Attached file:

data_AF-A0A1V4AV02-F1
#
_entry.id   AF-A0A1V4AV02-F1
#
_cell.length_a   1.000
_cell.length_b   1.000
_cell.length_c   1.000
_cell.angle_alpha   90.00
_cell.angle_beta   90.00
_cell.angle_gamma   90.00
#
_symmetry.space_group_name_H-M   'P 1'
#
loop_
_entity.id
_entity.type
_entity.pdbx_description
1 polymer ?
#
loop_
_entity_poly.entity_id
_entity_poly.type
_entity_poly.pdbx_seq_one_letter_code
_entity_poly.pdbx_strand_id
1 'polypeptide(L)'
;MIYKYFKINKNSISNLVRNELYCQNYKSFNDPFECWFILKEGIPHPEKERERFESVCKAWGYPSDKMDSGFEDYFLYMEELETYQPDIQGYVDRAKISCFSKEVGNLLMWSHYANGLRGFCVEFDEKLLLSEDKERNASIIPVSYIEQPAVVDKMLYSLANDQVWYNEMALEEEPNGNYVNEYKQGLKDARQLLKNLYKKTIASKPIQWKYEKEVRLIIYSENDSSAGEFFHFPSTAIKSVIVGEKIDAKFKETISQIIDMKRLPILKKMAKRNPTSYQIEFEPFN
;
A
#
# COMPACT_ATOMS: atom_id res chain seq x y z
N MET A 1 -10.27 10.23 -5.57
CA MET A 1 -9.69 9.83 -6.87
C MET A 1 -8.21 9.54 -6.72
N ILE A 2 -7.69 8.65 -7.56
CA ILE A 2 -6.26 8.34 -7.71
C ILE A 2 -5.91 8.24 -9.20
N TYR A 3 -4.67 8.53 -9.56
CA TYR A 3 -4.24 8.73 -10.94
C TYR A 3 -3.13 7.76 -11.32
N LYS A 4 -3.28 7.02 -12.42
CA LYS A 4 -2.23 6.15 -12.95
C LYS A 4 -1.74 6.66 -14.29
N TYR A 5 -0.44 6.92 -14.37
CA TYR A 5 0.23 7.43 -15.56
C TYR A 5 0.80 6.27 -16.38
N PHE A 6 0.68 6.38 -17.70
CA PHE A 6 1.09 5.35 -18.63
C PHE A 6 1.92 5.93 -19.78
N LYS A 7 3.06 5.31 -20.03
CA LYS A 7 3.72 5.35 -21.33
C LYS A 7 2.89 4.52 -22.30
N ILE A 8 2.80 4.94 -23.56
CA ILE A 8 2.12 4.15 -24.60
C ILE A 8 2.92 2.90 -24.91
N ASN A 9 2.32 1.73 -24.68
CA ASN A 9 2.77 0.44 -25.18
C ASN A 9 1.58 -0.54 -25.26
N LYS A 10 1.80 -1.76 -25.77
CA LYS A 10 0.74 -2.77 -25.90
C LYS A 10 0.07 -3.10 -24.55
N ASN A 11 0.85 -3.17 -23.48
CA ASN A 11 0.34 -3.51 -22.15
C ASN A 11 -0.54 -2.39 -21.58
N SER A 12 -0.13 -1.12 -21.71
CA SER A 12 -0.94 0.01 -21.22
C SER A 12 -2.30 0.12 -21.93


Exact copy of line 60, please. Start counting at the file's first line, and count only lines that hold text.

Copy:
C LYS A 10 0.07 -3.10 -24.55